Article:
Severe Preservation Injury Induces Il-6/STAT3 Activation with Lack of Cell Cycle Progression After Partial Liver Graft Transplantation

Authors

  • Fotini Debonera,

    1. Department of Surgery, University of Pennsylvania, Philadelphia, Pennsylvania, USA
    2. Fred and Suzanne Biesecker Center for Pediatric Liver Disease, The Children's Hospital of Philadelphia, Philadelphia, Pennsylvania, USA
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  • Guodong Wang,

    1. Department of Surgery, University of Pennsylvania, Philadelphia, Pennsylvania, USA
    2. Fred and Suzanne Biesecker Center for Pediatric Liver Disease, The Children's Hospital of Philadelphia, Philadelphia, Pennsylvania, USA
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  • Jinfu Xie,

    1. Department of Surgery, University of Pennsylvania, Philadelphia, Pennsylvania, USA
    2. Fred and Suzanne Biesecker Center for Pediatric Liver Disease, The Children's Hospital of Philadelphia, Philadelphia, Pennsylvania, USA
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  • Xingye Que,

    1. Department of Surgery, University of Pennsylvania, Philadelphia, Pennsylvania, USA
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  • Andrew Gelman,

    1. Department of Surgery, University of Pennsylvania, Philadelphia, Pennsylvania, USA
    2. Fred and Suzanne Biesecker Center for Pediatric Liver Disease, The Children's Hospital of Philadelphia, Philadelphia, Pennsylvania, USA
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  • Cynthia LeClair,

    1. Department of Surgery, University of Pennsylvania, Philadelphia, Pennsylvania, USA
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  • Dong Xin,

    1. Department of Surgery, University of Pennsylvania, Philadelphia, Pennsylvania, USA
    2. Fred and Suzanne Biesecker Center for Pediatric Liver Disease, The Children's Hospital of Philadelphia, Philadelphia, Pennsylvania, USA
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  • Abraham Shaked,

    1. Department of Surgery, University of Pennsylvania, Philadelphia, Pennsylvania, USA
    2. Fred and Suzanne Biesecker Center for Pediatric Liver Disease, The Children's Hospital of Philadelphia, Philadelphia, Pennsylvania, USA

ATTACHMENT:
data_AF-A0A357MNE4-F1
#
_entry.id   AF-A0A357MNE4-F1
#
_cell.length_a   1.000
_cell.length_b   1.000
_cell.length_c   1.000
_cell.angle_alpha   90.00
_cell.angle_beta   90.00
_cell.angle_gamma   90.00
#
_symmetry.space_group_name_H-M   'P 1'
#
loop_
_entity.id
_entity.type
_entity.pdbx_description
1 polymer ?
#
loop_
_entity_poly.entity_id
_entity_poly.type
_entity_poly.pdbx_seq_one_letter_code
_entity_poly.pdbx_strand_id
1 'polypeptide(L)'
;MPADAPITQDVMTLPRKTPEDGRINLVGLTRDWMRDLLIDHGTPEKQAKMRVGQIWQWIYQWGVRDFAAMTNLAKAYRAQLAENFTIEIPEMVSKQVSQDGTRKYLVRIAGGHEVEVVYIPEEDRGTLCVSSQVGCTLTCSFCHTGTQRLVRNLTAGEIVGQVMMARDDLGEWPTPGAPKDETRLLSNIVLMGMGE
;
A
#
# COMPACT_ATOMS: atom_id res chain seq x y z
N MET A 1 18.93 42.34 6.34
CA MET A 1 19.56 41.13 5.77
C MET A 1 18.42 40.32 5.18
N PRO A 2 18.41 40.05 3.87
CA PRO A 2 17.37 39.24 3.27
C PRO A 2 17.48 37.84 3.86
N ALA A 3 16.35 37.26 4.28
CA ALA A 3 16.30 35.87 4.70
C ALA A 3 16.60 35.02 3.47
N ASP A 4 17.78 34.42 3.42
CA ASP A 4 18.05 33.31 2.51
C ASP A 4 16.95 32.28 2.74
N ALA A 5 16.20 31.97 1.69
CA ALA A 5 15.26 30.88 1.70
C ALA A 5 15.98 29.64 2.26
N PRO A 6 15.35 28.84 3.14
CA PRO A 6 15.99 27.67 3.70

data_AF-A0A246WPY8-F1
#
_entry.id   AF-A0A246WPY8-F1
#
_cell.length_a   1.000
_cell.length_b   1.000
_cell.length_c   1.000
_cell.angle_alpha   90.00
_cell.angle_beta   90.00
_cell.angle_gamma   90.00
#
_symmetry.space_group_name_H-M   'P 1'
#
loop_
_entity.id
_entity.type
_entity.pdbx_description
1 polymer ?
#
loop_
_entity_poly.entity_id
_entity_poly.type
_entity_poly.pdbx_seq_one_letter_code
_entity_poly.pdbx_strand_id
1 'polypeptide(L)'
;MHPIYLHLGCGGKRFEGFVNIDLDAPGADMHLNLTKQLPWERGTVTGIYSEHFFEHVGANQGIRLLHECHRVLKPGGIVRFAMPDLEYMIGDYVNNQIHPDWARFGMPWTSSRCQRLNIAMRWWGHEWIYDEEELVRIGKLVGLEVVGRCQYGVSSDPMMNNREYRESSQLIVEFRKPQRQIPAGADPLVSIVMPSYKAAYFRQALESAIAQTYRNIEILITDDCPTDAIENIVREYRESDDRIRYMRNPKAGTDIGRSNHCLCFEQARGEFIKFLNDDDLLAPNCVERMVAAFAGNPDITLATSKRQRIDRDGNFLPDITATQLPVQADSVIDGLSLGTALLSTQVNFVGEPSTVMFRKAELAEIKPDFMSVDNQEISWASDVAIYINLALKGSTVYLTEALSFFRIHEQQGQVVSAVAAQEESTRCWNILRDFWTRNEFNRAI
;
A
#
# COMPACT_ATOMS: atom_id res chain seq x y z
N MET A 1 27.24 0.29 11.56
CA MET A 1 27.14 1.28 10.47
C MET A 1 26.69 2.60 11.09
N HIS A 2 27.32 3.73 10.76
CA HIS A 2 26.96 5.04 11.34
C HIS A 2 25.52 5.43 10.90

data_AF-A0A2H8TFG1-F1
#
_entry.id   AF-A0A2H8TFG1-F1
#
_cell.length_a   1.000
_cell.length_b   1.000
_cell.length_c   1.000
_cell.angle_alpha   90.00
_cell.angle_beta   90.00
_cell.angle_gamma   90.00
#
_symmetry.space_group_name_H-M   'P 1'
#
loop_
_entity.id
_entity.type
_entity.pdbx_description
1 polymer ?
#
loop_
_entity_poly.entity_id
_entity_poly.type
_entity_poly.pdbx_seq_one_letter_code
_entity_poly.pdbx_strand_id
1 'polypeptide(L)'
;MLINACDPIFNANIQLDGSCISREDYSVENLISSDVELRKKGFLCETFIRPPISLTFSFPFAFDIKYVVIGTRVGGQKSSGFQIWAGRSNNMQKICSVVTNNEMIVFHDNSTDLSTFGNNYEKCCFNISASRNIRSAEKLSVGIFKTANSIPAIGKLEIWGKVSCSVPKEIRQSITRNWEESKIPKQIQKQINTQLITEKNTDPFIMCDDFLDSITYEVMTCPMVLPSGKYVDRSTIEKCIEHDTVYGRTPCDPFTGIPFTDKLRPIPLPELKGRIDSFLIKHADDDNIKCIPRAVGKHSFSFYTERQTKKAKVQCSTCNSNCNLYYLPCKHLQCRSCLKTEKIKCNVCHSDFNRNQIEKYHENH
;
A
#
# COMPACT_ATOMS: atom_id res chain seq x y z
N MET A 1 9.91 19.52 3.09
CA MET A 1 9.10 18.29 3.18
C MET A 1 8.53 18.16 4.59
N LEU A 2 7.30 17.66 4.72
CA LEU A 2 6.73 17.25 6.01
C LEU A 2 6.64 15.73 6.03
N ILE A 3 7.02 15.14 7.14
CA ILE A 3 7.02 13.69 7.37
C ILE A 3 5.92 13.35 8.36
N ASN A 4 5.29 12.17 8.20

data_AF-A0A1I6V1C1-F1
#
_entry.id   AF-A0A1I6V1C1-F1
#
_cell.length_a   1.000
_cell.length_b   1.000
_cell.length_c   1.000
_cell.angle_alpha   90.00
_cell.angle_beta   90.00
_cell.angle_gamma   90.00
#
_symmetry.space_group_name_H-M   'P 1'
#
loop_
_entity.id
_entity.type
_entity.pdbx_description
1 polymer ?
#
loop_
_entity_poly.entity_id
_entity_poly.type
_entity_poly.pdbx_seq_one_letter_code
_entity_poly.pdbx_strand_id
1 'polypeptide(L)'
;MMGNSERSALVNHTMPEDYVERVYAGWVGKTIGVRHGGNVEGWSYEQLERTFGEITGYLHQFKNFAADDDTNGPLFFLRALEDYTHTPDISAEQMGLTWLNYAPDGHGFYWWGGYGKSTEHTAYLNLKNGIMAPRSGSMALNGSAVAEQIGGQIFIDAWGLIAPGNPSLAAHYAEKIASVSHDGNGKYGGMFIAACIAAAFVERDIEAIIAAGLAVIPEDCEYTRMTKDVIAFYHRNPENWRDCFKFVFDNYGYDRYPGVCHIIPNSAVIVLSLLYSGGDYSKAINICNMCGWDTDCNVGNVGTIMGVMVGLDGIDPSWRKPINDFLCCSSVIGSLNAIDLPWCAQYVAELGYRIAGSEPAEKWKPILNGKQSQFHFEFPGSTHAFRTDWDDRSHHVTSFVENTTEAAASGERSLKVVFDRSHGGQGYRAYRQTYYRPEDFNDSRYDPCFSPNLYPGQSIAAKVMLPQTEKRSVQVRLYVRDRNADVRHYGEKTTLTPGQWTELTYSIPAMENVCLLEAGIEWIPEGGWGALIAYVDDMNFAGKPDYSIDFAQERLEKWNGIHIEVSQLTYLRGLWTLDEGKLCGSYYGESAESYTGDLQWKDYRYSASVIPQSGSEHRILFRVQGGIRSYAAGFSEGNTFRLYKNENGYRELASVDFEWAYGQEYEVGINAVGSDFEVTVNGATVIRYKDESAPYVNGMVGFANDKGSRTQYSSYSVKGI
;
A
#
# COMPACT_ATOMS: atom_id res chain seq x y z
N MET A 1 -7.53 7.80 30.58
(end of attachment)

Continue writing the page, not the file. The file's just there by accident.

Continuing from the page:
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  • Kim M. Olthoff

    Corresponding author
    1. Department of Surgery, University of Pennsylvania, Philadelphia, Pennsylvania, USA
    2. Fred and Suzanne Biesecker Center for Pediatric Liver Disease, The Children's Hospital of Philadelphia, Philadelphia, Pennsylvania, USA
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*Corresponding author: Kim M. Olthoff, kim.olthoff@uphs.upenn.edu

Abstract

Partial liver graft transplantation is a surgical advance developed to overcome severe donor shortage. Survival of these grafts involves recovery from cold ischemia and reperfusion (CIR) injury, immediate regeneration and maintenance of function. Here we examined the outcome of partial liver grafts in comparison to whole grafts following CIR injury.

Lewis rats subjected to orthotopic liver transplantation (OLT) with whole grafts preserved in Viaspan® were compared to rats receiving 50% and 30% grafts. Outcome was analyzed by survival and regeneration.

Transplantation was associated with 100% survival for all grafts, whereas 16 h preservation resulted in 100%, 20% and 0% survival in animals receiving whole, 50% and 30% grafts, respectively. CIR induced increased IL-6 levels in 50% and 30% grafts, and activation of STAT3. Cell cycle progression (cyclin D1) and regeneration (BrdU) was initiated in all livers preserved for 1 or 8 h, but not in partial grafts preserved for 16 h.

In conclusion, partial grafts recover from CIR injury through similar molecular pathways to whole grafts. Partial grafts with severe injury fail to achieve cellular proliferation despite the early initiating signals. This failure could be attributed to the impaired ability of the parenchyma to respond to initiating signals for regeneration.

Introduction

Liver transplantation has become the only successful therapy for end stage liver disease, creating a demand for organs that overwhelmingly exceeds the available supply. In an effort to develop strategies to overcome the severe shortage of cadaveric organs, the liver transplant community has developed surgical techniques in the transplantation of partial grafts, either by the splitting of one cadaveric liver for two recipients, or the use of a right or left lobe from an adult living donor as a living donor liver transplant (LDLT). Except in pediatric recipients, these grafts are typically significantly smaller than a calculated standard liver volume, with a minimal volume of liver mass necessary for successful recovery (1–3). Both animal studies and clinical experience have demonstrated decreased function and poor survival of grafts that do not make these minimal requirements, a condition termed ‘small-for-size’, manifested by prolonged cholestasis and appearance of significant ischemic-type injury on pathologic review (4,5). However, the mechanisms of this type of injury, the reasons for graft failure and particularly the ability of the partial liver graft to regenerate after transplantation are not well defined.